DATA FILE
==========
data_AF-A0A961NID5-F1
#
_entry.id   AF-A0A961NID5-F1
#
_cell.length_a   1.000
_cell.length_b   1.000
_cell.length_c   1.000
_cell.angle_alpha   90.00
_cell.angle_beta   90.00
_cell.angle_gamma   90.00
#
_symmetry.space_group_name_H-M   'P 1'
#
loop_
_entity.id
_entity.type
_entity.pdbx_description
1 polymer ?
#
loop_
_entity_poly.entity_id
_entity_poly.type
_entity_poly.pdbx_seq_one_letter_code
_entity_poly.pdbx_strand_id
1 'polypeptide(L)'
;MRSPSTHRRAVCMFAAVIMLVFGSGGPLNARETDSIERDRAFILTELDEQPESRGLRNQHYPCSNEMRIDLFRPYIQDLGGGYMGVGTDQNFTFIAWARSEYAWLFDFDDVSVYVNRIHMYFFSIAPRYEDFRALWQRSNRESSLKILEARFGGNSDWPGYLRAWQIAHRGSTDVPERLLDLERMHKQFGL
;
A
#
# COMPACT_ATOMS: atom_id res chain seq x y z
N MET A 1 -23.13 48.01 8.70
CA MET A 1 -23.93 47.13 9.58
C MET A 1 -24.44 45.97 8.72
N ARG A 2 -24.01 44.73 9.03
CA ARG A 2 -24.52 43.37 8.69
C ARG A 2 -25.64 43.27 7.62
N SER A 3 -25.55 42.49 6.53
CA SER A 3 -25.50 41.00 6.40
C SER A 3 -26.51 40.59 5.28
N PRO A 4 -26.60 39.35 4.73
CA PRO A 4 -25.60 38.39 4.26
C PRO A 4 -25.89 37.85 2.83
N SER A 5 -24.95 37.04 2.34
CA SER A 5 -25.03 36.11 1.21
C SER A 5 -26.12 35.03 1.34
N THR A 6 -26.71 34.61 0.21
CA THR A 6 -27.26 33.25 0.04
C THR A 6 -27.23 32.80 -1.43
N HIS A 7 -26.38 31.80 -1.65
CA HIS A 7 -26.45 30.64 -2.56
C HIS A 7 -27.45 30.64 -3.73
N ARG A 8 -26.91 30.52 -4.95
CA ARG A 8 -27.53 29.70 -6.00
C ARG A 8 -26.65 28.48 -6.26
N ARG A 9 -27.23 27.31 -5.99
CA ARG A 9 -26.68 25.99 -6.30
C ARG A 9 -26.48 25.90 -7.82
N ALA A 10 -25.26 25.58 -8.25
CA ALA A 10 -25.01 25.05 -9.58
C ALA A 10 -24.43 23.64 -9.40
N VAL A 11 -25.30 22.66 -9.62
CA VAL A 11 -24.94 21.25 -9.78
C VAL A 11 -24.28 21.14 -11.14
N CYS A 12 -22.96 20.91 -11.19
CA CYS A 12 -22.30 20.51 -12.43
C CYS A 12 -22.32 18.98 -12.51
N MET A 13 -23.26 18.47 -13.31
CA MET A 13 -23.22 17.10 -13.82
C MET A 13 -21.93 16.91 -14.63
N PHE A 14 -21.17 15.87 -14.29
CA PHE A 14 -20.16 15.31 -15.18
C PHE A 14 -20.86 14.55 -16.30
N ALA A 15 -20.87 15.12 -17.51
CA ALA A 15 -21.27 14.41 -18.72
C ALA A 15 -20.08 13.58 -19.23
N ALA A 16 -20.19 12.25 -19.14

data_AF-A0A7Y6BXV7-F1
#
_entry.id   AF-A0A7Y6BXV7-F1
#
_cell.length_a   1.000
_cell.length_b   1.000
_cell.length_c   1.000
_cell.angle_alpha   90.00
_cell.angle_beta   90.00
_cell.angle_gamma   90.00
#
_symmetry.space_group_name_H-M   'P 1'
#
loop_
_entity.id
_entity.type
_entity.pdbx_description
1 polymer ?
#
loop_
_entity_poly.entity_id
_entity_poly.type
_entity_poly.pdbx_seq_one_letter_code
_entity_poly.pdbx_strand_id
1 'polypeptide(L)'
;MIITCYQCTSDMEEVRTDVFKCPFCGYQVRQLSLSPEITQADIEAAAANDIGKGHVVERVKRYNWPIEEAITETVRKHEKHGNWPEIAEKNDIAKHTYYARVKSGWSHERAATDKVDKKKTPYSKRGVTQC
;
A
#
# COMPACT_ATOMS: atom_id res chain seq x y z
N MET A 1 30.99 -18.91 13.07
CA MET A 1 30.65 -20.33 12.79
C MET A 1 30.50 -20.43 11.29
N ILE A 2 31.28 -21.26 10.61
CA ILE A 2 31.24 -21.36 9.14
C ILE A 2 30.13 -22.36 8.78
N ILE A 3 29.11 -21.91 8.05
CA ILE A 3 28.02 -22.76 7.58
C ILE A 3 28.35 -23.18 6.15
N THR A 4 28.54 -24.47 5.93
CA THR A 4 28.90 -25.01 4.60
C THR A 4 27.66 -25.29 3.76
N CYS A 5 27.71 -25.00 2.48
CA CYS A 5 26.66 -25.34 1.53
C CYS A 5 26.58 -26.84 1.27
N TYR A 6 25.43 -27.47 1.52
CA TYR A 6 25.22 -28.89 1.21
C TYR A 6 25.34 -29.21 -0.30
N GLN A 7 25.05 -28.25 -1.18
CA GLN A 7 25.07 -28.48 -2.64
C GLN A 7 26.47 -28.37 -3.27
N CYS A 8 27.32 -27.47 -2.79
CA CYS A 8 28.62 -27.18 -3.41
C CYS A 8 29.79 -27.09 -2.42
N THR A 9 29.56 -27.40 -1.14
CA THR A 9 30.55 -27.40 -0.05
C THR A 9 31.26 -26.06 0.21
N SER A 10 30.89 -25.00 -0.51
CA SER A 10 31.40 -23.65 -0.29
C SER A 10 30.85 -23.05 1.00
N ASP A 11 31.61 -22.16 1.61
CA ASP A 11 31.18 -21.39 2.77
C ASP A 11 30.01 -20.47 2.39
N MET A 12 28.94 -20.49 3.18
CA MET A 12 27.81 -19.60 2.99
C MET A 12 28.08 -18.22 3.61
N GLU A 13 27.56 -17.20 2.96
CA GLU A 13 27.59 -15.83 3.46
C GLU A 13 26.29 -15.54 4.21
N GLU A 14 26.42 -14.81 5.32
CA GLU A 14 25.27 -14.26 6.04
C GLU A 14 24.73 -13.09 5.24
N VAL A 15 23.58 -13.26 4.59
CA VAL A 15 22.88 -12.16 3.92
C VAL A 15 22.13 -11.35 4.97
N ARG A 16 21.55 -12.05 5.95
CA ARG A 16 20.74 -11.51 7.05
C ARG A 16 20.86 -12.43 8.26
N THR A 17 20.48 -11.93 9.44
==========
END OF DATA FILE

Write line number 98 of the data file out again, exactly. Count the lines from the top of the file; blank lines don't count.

_entity_poly.type